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Anurag Kashyap’s Varnas of Wasseypur

Anurag Kashyap’s Varnas of Wasseypur

arvind shesh


Arvind Shesh

arvind sheshDisclaimer: You perhaps watch a movie as just a film. You probably even look at society as if it were a film… But I watch a film as a society…and society as politics.

Wasseypur is a ‘true’ story 

Has the RSS instituted a new front comprising people from the film industry to launch Modi’s brand of Hindutva? The questions that the first part of Gangs of Wasseypur had left us with cannot merely be set aside by claiming that Anurag Kashyap just filmed a ‘real’ life story, or that films are a mere reflection of society or that they are meant for pure entertainment. Such bundles of contradictions have their own politics.  

If it is about depicting ‘reality’, about reflecting society and providing entertainment, how is it that this movie further adds to the poison being spread against Muslims over the last couple of decades, in a calculated manner? How come it glorifies and glamorizes the violence and atrocities committed by the powerful castes which dominate our social structure? How come it further emboldens the psychology of hate against the lower castes and how come it reduces the woman again to her body and demeans her at every step? Which of these aspects of the film doesn’t strengthen the RSS’ agenda? Some people might offer an immediate defence saying a Muslim, whose name at several places is mentioned as Zeishan Qadri, has written the story. But one must bear in mind that his full name is Syed Zeishan Qadri. 

I have already stated that I see a film as a society and society as political – then what is the society found in Gangs of Wasseypur, and through his film what kind of politics has Anurag Kashyap tried to put forth or provided a push for? This question wouldn’t have been as necessary had Anurag Kashyap not claimed that his film is based on true incidents from Wasseypur. 

Chidambaram’s Azamgarh became Anurag Kashyap’s Wasseypur

To get an idea of this ‘real’ face of Wasseypur as seen from the eyes of Anurag Kashyap, one must refer to a certain part of a news report published on BBC which mentions an interview he gave in Patna. He is reported to have said, “the people of Wasseypur are criminals, deeply involved in illegal activities and are foot soldiers.” So, this is the ‘truth’ that emerges as the final outcome and conclusion of the deep ‘research’ of ‘real’ events by brand (Anurag) Kashyap. It doesn’t really matter if the people of Wasseypur were to call Anurag Kashyap a liar, or if they pleadingly held your hand and took you to their streets and mohallas to prove that see, we aren’t criminals! Please see how we also have scientists, engineers, doctors, IAS-IPS officers, businessmen and intellectuals, among others.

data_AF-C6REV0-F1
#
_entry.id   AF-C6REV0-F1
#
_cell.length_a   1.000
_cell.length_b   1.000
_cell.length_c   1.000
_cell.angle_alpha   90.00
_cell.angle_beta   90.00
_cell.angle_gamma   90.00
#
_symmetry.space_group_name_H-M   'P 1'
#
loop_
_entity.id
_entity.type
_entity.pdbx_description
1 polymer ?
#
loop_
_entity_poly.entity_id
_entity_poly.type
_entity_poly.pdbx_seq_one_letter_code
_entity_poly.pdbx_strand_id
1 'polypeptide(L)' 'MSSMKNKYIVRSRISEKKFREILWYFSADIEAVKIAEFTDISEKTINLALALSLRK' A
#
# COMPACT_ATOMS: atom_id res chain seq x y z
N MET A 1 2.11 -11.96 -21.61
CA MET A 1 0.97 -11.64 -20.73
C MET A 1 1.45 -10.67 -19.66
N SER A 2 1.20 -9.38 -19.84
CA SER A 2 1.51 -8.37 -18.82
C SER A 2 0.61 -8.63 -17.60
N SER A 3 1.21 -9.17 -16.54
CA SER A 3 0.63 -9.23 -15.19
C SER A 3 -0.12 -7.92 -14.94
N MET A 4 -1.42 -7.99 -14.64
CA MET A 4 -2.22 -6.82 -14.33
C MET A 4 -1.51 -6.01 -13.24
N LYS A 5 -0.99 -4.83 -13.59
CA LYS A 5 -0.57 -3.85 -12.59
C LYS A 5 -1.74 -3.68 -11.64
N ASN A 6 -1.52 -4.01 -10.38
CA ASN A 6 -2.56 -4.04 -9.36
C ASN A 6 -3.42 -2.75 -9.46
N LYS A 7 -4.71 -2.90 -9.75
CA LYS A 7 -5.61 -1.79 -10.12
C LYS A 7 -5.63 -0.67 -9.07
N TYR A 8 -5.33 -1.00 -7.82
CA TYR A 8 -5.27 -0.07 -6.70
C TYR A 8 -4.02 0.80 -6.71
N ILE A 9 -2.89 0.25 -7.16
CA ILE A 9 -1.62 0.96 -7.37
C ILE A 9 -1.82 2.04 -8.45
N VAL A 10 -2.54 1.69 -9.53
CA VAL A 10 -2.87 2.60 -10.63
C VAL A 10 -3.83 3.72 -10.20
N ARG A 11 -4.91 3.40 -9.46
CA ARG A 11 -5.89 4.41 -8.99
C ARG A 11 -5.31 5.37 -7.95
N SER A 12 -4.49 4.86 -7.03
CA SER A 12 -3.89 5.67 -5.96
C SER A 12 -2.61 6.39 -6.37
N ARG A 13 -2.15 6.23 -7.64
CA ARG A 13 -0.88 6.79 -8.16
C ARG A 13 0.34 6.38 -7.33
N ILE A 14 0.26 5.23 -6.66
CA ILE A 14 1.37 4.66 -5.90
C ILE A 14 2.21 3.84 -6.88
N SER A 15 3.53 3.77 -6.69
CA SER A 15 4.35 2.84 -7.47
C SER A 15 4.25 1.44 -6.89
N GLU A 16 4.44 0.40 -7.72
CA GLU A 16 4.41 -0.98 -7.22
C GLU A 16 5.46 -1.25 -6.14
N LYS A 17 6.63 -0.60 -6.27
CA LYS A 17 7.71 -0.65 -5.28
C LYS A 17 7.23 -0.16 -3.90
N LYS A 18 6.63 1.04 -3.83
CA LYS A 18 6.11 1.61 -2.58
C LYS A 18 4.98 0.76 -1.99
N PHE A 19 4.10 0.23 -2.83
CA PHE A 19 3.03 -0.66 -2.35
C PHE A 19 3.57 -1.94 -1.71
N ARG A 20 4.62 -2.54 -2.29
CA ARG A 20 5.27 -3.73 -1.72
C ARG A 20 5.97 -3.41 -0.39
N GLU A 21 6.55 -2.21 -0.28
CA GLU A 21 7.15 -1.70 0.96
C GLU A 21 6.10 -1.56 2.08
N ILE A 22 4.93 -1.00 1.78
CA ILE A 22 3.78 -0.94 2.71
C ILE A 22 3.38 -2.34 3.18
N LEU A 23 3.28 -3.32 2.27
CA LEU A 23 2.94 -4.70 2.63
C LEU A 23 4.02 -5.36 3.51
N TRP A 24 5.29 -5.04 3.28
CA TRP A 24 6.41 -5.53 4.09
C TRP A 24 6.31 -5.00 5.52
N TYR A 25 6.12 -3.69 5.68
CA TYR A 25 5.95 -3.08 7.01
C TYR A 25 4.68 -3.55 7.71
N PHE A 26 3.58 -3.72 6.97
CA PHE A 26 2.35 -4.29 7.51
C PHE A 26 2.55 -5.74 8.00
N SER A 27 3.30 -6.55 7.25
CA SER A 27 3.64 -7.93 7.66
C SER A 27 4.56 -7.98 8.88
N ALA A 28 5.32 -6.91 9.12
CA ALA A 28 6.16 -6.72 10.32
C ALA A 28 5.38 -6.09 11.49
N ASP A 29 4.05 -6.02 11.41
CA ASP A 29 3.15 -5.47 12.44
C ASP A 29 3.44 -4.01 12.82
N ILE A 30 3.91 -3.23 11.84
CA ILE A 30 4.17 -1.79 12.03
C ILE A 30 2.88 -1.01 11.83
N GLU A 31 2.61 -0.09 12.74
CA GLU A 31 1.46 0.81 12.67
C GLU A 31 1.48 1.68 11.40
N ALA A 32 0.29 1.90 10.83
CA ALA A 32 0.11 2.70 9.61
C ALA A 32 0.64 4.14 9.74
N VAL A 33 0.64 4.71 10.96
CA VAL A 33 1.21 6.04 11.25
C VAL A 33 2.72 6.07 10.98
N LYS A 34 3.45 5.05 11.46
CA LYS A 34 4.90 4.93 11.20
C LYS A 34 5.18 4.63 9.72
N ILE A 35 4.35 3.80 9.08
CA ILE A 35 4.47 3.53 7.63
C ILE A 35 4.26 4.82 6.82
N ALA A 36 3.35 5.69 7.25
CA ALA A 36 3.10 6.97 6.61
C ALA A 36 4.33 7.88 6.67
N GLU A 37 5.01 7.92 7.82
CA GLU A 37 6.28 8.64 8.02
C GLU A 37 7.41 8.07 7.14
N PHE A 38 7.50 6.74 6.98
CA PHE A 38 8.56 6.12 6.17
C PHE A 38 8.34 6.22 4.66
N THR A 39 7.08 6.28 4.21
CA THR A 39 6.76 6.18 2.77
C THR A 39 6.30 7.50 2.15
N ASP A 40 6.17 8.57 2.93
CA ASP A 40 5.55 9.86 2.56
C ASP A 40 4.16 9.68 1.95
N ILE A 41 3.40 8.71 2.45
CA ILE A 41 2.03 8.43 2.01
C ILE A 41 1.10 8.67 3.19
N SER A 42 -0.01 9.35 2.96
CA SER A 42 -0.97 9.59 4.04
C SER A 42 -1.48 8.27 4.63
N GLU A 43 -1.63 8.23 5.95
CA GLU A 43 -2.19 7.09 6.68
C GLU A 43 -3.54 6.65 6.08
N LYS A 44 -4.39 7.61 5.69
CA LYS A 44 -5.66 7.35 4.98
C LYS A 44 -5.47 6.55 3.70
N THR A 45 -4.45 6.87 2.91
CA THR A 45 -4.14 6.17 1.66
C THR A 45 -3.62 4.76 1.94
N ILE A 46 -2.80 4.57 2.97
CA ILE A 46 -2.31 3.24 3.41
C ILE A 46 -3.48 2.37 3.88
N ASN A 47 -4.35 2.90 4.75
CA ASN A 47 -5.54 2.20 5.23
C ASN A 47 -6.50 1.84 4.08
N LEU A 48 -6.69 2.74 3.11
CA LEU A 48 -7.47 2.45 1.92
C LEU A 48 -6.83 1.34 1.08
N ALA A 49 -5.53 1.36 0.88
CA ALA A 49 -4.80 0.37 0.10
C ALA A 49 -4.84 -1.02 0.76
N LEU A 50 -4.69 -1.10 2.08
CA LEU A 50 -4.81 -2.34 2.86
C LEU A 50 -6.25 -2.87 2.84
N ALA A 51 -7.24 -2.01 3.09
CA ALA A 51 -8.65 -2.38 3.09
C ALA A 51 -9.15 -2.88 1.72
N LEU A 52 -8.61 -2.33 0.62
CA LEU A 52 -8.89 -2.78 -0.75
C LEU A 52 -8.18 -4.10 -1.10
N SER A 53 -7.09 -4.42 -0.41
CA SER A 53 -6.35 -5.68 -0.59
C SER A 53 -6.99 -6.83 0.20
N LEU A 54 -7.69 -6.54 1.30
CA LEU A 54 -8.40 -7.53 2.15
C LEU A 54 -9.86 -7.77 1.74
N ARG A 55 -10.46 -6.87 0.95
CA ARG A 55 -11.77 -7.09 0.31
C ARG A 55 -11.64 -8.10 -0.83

The family feud between Faheem Khan and Shabeer Khan to retain power, which had nothing to do with coal mining, never was nor is the face of Wasseypur. But all proofs and evidence of the facts will be declared false and fraud in the court of research of the filmmakers of Gangs of Wasseypur. Just as in the court of Chidambaram (then Union Home Minister), Azamgarh is the fortress of terror, in exactly a similar fashion, Wasseypur becomes a den of criminals in Anurag Kashyap’s court. Azamgarh, because of Muslims, is to be declared a fortress of terror and Wasseypur happens to have a population of about 90-95 per cent Muslims. So, what’s the difference (between the points of view of Home Minister Chidambaram and Anurag Kashyap)?

It is possible that all this is a mere coincidence. But will someone throw light on what image of Wasseypur emerges as a result of such claims by Anurag Kashyap and his ‘great’ observations regarding the people of Wasseypur?

One very simple general knowledge question: What is Wasseypur known for? What would now be the common answer? That “the people of Wasseypur are criminals, indulge in illegal acts and are foot soldiers?” Anurag Kashyap’s research on Wasseypur has dug it out historically, that is why those living in or hailing from there – those engineers, doctors, scientists, IAS-IPS officers and intellectuals- all now will be presumed to have actually obtained their certificates from some enemy Muslim nation and have returned to live and sabotage India from there.

The magical transformation of a Syed into a Qureshi